GOOD NEWS FOR THE DEAF: Israeli startup aims to make sign language accessible on demand – next big 'social revolution'
Sign Now to launch on Tuesday, hoping to provide opportunities, independence for the world's 90 million deaf people
The world’s 90 million deaf people are at a disadvantage when it comes to communication, attending university and getting jobs since most people in the world cannot speak sign language.
This gnawed at Tomer Levy who is not deaf himself, but became aware of the challenges faced by the hard of hearing when he filmed a music video of one of his songs in sign language.
“Five years ago I was a musician – and probably I wasn’t so good which is why I’m doing what I’m doing today – but I made my first video in sign language,” Levy told ALL ISRAEL NEWS in an interview. “And it was then I learned of the lack of awareness and accessibility that deaf people face.”
Later, Levy became musical director of the student union at Ben-Gurion University and made sure to increase accessibility for deaf students. He even hosted the first deaf-accessible event on campus.
His next project was to make sure that when Israel hosted the 2019 Eurovision Song Contest in Tel Aviv there would be interpretation for the deaf. It was a massive project and the first time that the KAN Israel network offered sign language interpretation for deaf viewers of the Eurovision broadcast.
“We realized this was powerful and I asked myself, ‘What else can we do?’” he told us.
Levy is now the CEO and visionary behind a new startup, Sign Now, that aims to ease communication for the 90 million deaf people in the world – 1.15% of the population – through an application that provides live, on-demand, video translation services in sign language.
“It is going to be the Uber of the deaf,” Levy told us, referring to the world-famous taxi service app.
He said the two major obstacles that deaf people face are bureaucracy and a major lack of people's awareness of their accessibility challenges. Because the hearing majority does not speak sign language, the deaf are dependent on interpreters. What’s more, a deaf person cannot just pick up a phone and call their doctor, bank or a customer service representative to speak with them.
These are issues that Levy and his team – which includes a COO who is deaf herself – hope to solve with Sign Now.
Sign Now is a service-based technology that Levy hopes will give deaf people more independence, confidence and opportunities that have not been previously available to them.
“This population is a minority that has fewer options – jobs, university, lack of communication,” he said. “Many are stuck at home. It’s not equal opportunity.”
When Sign Now launches in Israel, live interpretation of Israeli Sign Language (ISL) will be available during business hours, from 9 a.m. to 9 p.m. Eventually the team wants to make live interpreters available 24 hours a day and, of course, expand the service to other countries in their own sign languages.
“I hope it is going to be the best communication tool for deaf people,” Levy said.
COO Hila Almog, who is deaf and teaches and interprets sign language in Israel, is an integral part of the team and the vision because she understands, first-hand, the complex needs of the community.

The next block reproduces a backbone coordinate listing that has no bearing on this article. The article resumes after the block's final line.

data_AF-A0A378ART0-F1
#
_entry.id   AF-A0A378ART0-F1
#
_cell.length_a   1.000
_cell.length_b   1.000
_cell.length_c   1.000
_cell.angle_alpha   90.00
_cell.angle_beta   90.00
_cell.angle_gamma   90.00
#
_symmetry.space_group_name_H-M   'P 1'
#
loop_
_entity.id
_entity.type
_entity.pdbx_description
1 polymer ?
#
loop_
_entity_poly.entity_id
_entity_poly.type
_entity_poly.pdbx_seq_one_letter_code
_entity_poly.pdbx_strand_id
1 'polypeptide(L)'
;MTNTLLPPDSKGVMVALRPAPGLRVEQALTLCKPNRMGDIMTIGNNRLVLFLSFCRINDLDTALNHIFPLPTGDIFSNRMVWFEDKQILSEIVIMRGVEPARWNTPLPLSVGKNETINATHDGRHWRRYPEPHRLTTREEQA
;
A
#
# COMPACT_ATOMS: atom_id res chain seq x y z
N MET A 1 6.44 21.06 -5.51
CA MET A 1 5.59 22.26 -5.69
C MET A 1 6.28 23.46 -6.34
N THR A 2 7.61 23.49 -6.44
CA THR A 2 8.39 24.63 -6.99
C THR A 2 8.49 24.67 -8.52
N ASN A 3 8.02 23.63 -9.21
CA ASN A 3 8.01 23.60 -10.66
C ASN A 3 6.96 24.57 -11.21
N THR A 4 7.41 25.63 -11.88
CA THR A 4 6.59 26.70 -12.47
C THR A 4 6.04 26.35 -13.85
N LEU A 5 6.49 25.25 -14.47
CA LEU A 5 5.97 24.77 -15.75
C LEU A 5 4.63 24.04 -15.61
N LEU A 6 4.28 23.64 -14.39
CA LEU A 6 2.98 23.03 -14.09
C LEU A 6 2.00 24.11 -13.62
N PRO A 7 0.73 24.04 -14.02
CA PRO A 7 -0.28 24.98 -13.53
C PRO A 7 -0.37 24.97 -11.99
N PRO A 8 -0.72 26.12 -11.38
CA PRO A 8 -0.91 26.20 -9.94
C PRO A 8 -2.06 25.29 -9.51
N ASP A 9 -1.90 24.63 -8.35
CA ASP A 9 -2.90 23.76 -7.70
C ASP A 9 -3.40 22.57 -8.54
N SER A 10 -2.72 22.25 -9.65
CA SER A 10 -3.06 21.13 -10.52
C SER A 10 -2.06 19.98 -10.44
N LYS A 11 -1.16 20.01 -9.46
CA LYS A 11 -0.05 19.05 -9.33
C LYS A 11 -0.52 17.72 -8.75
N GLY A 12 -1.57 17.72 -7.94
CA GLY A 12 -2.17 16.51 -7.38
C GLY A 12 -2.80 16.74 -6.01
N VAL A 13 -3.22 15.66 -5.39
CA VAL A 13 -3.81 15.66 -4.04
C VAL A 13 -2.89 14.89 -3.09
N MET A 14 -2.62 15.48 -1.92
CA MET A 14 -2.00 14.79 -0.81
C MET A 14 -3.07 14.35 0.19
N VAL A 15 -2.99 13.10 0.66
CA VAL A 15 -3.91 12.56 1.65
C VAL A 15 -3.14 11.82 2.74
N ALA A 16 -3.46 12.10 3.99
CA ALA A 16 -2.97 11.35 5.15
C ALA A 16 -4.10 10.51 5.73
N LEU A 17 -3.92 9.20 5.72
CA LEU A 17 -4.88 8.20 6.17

“It is important that everybody understand that we are working with the deaf community” on this project, Levy noted.
Sign Now's programmers were faced with incorporating third-party mobile phone carriers, video, security concerns and ease of use in designing the app.
“We are a young and diverse team committed 100% to promoting full international accessibility for 1.15% of the world population: The worldwide deaf community. We believe in user experience and in people,” the Sign Now literature reads. “The deaf community deserves full equal rights. And we will do everything to make that happen - day and night.”
The app will be a free service to deaf people, which Levy calls the company's “social responsibility,” and will be sold to businesses and government institutions.
The timing of the launch is fortuitous as the issues of deaf Israelis have come to national prominence with the swearing in last month of the first deaf member of the Knesset, Shirley Pinto. The Knesset made several new arrangements to enable Pinto to do her job, including installing a light in her office that flashes when there is a vote, since she would otherwise be unable to hear the buzzer alert. In addition, her seat was moved closer to her interpreter in the plenary hall so she can be included in the many conversations taking place.
In Israel, the government registered between 5,000 to 8,000 deaf civilians, but Levy estimates that figure is more likely over 20,000 – including those who are hard of hearing – all of whom would benefit from the Sign Now service.
After the app launches, Levy said companies will be able to hire deaf people as well, providing them with more opportunities.
“The vision is to make the world more accessible to deaf people,” he said.
“In two to three years there could be 40 to 50 million deaf people with a digital connection. We want to be the next social revolution on planet earth.”
The launch will take place in person and on social media on Tuesday, July 13 at 7 p.m. Israel time (noon EDT) in Hebrew and later in English. Click here to join the live broadcast.
Nicole Jansezian was the news editor and senior correspondent for ALL ISRAEL NEWS.